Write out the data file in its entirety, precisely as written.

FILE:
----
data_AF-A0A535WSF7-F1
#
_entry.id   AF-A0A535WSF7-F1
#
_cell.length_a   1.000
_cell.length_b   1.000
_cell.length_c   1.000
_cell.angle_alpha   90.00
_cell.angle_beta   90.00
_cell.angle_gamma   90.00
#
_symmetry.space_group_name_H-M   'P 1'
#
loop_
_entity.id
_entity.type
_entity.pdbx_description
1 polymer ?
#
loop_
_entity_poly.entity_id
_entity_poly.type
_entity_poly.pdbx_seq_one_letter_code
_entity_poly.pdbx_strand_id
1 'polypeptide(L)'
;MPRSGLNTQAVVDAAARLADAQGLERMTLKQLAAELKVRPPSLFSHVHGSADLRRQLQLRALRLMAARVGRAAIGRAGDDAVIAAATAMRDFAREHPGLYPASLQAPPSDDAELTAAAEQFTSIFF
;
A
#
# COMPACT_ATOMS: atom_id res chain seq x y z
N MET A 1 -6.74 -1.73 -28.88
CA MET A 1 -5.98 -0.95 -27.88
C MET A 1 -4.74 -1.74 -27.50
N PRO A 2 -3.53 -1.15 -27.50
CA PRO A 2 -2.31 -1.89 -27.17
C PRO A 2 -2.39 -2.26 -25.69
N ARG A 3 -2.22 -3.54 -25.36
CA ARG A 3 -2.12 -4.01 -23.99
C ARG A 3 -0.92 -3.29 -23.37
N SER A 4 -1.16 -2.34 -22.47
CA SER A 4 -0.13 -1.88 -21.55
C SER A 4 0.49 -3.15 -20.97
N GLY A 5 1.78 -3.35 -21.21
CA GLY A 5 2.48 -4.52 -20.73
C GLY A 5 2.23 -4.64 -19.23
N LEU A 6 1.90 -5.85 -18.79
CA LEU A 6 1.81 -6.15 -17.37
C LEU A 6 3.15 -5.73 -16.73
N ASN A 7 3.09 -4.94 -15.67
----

data_AF-A0A535WSF7-F1
#
_entry.id   AF-A0A535WSF7-F1
#
_cell.length_a   1.000
_cell.length_b   1.000
_cell.length_c   1.000
_cell.angle_alpha   90.00
_cell.angle_beta   90.00
_cell.angle_gamma   90.00
#
_symmetry.space_group_name_H-M   'P 1'
#
loop_
_entity.id
_entity.type
_entity.pdbx_description
1 polymer ?
#
loop_
_entity_poly.entity_id
_entity_poly.type
_entity_poly.pdbx_seq_one_letter_code
_entity_poly.pdbx_strand_id
1 'polypeptide(L)'
;MPRSGLNTQAVVDAAARLADAQGLERMTLKQLAAELKVRPPSLFSHVHGSADLRRQLQLRALRLMAARVGRAAIGRAGDDAVIAAATAMRDFAREHPGLYPASLQAPPSDDAELTAAAEQFTSIFF
;
A
#
# COMPACT_ATOMS: atom_id res chain seq x y z
N MET A 1 -6.74 -1.73 -28.88
CA MET A 1 -5.98 -0.95 -27.88
C MET A 1 -4.74 -1.74 -27.50
N PRO A 2 -3.53 -1.15 -27.50
CA PRO A 2 -2.31 -1.89 -27.17
C PRO A 2 -2.39 -2.26 -25.69
N ARG A 3 -2.22 -3.54 -25.36
CA ARG A 3 -2.12 -4.01 -23.99
C ARG A 3 -0.92 -3.29 -23.37
N SER A 4 -1.16 -2.34 -22.47
CA SER A 4 -0.13 -1.88 -21.55
C SER A 4 0.49 -3.15 -20.97
N GLY A 5 1.78 -3.35 -21.21
CA GLY A 5 2.48 -4.52 -20.73
C GLY A 5 2.23 -4.64 -19.23
N LEU A 6 1.90 -5.85 -18.79
CA LEU A 6 1.81 -6.15 -17.37
C LEU A 6 3.15 -5.73 -16.73
N ASN A 7 3.09 -4.94 -15.67